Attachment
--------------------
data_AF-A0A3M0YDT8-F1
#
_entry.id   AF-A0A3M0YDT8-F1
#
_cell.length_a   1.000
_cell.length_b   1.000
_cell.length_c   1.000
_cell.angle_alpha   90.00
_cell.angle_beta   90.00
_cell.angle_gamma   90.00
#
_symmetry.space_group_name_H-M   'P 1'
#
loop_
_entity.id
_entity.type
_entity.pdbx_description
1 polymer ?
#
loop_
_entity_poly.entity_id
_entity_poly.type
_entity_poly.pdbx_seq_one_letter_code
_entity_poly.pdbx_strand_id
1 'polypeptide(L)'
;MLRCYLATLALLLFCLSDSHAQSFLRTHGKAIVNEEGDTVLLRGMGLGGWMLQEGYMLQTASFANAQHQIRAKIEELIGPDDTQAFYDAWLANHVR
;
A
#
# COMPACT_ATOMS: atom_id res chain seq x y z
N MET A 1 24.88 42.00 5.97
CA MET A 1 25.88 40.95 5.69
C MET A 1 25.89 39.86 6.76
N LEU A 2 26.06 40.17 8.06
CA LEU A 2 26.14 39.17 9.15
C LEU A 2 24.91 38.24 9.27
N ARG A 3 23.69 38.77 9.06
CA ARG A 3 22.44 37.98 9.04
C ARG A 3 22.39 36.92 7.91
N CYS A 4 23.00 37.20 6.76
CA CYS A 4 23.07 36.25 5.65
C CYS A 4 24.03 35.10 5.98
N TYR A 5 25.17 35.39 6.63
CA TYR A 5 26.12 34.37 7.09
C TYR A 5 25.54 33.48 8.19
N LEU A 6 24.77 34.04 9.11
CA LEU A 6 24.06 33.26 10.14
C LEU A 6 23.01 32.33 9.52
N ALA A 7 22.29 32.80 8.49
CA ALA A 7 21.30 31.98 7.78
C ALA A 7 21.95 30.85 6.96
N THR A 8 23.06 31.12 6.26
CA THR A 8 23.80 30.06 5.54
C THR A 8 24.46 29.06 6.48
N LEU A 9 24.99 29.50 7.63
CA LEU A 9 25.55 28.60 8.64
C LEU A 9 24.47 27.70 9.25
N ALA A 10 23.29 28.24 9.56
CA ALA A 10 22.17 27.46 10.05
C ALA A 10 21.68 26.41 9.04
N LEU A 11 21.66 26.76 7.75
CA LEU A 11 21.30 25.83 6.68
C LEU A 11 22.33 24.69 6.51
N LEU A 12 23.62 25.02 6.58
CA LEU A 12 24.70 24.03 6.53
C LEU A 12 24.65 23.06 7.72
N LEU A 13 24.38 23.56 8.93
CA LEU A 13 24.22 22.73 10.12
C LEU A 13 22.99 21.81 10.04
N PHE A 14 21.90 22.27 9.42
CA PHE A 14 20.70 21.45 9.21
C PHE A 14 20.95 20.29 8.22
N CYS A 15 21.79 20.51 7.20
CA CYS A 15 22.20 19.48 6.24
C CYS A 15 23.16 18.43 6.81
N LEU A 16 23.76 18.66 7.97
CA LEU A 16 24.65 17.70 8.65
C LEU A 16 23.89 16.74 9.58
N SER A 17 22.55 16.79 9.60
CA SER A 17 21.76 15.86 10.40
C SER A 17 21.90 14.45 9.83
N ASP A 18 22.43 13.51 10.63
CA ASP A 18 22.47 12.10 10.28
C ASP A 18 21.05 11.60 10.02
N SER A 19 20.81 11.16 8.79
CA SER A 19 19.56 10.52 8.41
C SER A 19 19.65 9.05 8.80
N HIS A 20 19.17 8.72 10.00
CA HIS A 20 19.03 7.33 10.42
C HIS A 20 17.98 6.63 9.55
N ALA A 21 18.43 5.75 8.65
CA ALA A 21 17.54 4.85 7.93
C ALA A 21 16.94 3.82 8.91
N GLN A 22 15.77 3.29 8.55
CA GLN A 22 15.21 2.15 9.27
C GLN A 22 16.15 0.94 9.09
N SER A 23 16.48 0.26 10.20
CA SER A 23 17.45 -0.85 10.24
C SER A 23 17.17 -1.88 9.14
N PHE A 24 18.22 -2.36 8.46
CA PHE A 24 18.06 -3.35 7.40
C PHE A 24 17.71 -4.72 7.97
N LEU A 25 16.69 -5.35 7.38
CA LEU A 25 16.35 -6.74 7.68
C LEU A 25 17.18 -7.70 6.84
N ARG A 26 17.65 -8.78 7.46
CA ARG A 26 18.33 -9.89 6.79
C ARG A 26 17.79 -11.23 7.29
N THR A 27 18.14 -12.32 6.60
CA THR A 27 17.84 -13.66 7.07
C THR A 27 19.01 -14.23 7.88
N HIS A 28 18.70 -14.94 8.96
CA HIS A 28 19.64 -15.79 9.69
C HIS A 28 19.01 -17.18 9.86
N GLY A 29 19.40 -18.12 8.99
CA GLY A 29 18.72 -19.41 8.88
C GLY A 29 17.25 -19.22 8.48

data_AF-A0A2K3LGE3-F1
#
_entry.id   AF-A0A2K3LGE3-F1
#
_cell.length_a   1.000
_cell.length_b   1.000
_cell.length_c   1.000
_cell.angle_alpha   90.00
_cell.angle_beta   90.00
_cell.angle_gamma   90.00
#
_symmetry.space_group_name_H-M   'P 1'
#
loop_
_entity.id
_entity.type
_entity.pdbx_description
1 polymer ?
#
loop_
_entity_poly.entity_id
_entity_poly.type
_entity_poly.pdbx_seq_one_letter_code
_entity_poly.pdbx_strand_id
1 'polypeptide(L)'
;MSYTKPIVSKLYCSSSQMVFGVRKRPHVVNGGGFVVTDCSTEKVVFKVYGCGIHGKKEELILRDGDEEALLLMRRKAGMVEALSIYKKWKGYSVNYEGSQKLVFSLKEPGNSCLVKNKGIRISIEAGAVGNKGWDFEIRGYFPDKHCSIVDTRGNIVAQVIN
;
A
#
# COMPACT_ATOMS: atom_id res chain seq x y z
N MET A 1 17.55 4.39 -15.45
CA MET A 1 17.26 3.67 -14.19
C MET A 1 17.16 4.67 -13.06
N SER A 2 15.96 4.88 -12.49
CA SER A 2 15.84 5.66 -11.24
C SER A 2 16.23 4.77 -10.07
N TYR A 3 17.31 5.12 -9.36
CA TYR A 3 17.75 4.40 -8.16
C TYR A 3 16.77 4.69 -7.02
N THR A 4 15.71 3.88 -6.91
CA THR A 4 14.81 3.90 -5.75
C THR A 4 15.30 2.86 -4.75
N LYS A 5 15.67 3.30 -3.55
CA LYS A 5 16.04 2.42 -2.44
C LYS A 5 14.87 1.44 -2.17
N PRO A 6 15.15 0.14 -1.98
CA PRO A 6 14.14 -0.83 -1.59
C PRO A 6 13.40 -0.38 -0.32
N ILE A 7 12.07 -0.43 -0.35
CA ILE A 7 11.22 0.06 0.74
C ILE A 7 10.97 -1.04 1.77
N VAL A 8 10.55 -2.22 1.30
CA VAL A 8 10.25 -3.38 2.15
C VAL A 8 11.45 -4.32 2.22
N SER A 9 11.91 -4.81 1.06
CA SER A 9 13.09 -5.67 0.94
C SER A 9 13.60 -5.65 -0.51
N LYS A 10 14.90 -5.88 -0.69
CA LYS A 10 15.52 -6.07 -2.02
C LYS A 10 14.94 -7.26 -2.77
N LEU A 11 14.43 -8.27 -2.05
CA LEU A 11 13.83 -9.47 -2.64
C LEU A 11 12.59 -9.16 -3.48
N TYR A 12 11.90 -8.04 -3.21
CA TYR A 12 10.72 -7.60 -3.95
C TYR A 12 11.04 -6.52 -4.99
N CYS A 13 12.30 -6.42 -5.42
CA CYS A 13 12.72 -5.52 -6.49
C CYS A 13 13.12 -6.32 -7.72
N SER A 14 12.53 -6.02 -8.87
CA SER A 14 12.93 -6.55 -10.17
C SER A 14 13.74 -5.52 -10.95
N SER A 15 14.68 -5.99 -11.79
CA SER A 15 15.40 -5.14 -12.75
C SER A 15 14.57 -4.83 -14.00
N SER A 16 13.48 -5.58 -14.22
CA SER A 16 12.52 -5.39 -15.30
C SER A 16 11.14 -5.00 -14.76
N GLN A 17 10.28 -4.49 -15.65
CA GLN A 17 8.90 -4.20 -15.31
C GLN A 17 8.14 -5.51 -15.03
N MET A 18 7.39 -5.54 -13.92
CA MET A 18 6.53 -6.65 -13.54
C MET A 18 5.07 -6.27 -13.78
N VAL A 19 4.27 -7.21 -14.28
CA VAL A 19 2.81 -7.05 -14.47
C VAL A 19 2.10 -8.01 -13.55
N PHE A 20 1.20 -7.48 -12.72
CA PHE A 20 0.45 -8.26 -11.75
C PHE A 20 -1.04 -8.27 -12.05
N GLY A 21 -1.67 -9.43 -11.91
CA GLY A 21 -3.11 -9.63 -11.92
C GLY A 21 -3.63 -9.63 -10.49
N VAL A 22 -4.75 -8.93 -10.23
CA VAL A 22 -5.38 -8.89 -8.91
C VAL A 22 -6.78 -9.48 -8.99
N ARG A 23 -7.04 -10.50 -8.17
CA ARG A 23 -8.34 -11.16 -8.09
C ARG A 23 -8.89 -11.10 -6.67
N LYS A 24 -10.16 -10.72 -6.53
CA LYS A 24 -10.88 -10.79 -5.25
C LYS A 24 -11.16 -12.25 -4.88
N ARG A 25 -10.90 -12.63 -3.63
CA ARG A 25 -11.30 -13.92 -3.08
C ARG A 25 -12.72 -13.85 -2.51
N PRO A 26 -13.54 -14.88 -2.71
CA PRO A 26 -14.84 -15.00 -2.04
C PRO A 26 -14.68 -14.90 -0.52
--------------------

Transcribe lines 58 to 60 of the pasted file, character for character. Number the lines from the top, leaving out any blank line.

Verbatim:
N ALA A 10 23.29 28.24 9.56
CA ALA A 10 22.17 27.46 10.05
C ALA A 10 21.68 26.41 9.04